Guest post by Thomas H.
Financial advisors and Certified Financial Planners (CFP) are professionals who work with their clients to help them meet their personal financial objectives. They provide specific and unique advice for retirement planning, investing and wealth management so that someone can find the best way to save and grow their money.
Financial advisers and planners can be used for life-long advice, or as a tool to meet a specific goal, like saving for a house. There are many different types of financial advisors, with different specializations - some are mortgage experts, while others focus on retirement or self-employed entrepreneurs. Though financial advisors make managing money simpler, finding the right financial advisor or CFP can be very difficult.
To help you choose the right one and get the best personal finance advice, we’ve created a list of things to consider in your search:
Know Which Designations and Credentials Matter When Looking for a Financial Planner or Advisor
Ask what their credentials mean and verify the status of their registration, licensing or designation. Understand the difference between financial planning and financial advising.
Although financial advisors are certified professionals, anyone can call themselves a “financial adviser” or “financial planner”. When searching for a financial advisor, beware of people who advertise PFP or PFPC “designations” after their name. The PFP credential stands for “Personal Finance Planner”, and while it is a recognized designation, it was originally created for bankers and is not particularly relevant for independent financial advisors or planners. Similarly, the PFPC is the Professional Financial Planning Course that many financial planners used to take, but it is not a standalone designation and the course itself has been discontinued.
When searching for a planner or wealth management expert, look for someone with a CFP (Certified Financial Planner) or an RFP (Registered Financial Planner) designation. In Canada, there are about 18,000 active CFP holders. These designations are internationally recognized and regulated by the Financial Planning Standards Council (FPSC). CFP professionals adhere to strict regulations and ethical standards that are designed to protect you. Unlike other accreditations, RFP and CFP holders must have a minimum level of work experience, and take part in continued education and testing to maintain their designation.
How to Verify the Status of a Certified Financial Planner or Financial Advisor’s Designation or Registration
You can verify the status of individual financial advisors and planners on the Financial Planning Standards Council (FPSC) website. The site hosts a directory and registration of all Certified Financial Planners (CFP), and for each professional, it provides records on disciplinary history and the status of their designation. Before you choose your financial advisor, make sure that their designation is held in “good standing”, and that they have no history of disciplinary action.
Compensation, Fees and Commissions for Personal Finance Planners & Advisors
Most financial advisors and Certified Financial Planners (CFP) operate independently, so they are paid in different ways.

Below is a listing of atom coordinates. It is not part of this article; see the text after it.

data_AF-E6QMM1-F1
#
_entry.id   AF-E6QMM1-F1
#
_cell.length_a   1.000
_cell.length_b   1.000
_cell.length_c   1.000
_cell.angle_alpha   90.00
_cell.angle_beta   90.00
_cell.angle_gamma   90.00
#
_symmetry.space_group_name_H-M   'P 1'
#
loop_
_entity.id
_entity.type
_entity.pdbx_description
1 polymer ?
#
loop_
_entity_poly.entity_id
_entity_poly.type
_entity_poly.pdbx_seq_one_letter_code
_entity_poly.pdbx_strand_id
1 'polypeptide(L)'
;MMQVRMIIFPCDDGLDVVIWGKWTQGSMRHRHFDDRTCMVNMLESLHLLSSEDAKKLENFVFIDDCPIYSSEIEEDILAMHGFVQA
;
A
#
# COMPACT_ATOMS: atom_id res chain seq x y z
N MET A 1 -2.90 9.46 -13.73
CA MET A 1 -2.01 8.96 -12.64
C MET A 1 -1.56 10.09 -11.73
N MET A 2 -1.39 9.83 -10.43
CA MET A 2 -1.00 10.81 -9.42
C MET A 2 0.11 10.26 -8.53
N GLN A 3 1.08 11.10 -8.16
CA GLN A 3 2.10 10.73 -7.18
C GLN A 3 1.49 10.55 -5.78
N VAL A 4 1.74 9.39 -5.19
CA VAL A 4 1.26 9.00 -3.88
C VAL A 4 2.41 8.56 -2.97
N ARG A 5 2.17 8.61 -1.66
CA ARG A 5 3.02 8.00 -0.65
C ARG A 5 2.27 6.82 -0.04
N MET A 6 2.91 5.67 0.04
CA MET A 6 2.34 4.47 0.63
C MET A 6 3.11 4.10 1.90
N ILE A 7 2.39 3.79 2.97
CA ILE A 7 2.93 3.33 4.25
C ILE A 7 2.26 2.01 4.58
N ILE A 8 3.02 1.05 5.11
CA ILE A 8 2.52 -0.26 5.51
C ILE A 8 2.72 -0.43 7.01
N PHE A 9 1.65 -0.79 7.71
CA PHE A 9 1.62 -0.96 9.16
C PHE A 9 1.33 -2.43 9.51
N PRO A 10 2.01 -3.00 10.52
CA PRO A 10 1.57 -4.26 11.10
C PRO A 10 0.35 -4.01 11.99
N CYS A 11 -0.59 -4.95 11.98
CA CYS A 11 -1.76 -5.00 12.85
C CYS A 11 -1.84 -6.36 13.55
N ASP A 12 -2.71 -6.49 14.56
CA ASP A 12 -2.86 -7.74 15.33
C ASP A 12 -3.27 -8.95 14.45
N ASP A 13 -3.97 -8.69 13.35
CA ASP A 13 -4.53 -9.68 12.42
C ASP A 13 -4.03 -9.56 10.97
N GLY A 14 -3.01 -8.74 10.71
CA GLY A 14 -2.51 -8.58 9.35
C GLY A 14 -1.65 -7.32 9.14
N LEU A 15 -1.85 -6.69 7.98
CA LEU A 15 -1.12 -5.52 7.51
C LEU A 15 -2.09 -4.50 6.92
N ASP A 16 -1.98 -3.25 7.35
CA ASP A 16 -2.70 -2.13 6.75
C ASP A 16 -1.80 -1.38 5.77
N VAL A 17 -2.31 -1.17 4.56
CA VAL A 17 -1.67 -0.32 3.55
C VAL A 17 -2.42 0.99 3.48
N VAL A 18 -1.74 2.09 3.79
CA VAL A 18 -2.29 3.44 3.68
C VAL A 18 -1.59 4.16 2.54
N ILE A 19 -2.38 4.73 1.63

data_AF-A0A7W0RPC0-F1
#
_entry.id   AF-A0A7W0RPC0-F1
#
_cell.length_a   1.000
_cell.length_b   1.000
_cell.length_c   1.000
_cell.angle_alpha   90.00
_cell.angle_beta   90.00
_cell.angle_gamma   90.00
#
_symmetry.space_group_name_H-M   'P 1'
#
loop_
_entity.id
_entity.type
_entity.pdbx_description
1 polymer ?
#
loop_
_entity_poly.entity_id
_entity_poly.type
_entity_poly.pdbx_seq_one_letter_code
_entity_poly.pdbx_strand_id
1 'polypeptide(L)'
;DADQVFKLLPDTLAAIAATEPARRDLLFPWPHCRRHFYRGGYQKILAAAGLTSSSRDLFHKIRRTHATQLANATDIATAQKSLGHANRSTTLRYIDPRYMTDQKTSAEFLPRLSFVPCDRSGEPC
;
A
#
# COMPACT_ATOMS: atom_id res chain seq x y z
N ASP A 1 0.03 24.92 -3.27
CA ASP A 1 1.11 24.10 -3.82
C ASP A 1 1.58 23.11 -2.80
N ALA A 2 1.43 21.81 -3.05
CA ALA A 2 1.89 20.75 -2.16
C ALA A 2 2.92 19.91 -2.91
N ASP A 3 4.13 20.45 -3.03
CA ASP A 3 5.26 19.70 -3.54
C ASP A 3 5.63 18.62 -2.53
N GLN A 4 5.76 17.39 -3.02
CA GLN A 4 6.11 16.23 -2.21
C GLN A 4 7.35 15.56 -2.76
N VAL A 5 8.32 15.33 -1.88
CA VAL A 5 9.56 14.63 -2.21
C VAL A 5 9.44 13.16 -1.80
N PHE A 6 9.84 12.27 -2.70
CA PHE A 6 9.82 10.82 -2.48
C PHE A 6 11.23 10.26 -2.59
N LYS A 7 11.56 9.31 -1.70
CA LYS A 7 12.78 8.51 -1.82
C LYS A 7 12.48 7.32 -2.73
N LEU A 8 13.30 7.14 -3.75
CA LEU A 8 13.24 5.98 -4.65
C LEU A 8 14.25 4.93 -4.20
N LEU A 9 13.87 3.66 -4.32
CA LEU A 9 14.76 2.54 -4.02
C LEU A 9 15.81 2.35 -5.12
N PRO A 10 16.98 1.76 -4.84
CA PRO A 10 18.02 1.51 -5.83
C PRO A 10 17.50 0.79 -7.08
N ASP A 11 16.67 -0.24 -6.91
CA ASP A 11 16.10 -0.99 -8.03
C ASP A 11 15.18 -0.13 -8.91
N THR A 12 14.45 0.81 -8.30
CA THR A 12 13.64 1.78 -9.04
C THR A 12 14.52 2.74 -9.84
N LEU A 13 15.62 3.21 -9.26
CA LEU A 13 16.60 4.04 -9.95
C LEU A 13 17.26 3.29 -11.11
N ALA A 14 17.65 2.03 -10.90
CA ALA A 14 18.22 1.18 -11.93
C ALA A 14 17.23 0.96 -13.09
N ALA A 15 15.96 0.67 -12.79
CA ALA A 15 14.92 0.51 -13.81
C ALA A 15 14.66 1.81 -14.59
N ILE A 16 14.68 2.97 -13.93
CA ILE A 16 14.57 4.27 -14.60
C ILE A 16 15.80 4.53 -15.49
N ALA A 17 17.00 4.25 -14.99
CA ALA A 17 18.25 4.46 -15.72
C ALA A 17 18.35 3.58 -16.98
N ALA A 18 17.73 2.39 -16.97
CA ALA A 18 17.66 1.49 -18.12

The way a financial advisor or CFP is compensated may affect the quality of service that you receive. Generally, advisors are paid through commission, flat-fees, or a combination of both.
Commission-based advisors earn their money by charging a percentage every time they sell a product. For example, a commission-based financial adviser may earn 2% when you buy a certain mutual fund. This can be problematic.
Advisors who earn their money this way may have an incentive to sell you particular products, instead of helping you save. Since their success is dependent on how much you buy, your goals, and the goals of your advisor, may not be in line.
While commission-based compensation has an associated risk, it can be helpful for people with fewer assets. If you are looking for infrequent advice, commission-based advisors offer a great way for people with less disposable income to save.
Other advisors are not compensated through the products that they sell. These people will often earn income by charging an annual, flat fee. Generally, this guarantees a more objective service. Under this pay structure, advisors have no ulterior motivation but to keep your best interests in mind.
Fee-based advisors are good for clients with more complex and established assets. For people who require more comprehensive management, a fee-based advisor will provide objective and personal advice in a cost efficient manner.
Should I Use a Financial Advisor Through My Bank or Find an Independent Financial Planner?
Some people opt to choose a financial advisor through their financial institution. Though they provide similar services, independent financial planners, and those who are part of a bank, may offer a different experience.
Financial Advisors at Banks, Credit Unions & Financial Institutions
Advisors who work at a bank or credit union are tied to their company’s products. If you are interested in investing in a mutual fund, your advisor will only be able to recommend the products that his or her financial institution offers.
However, there are advantages to working with an advisor at your bank: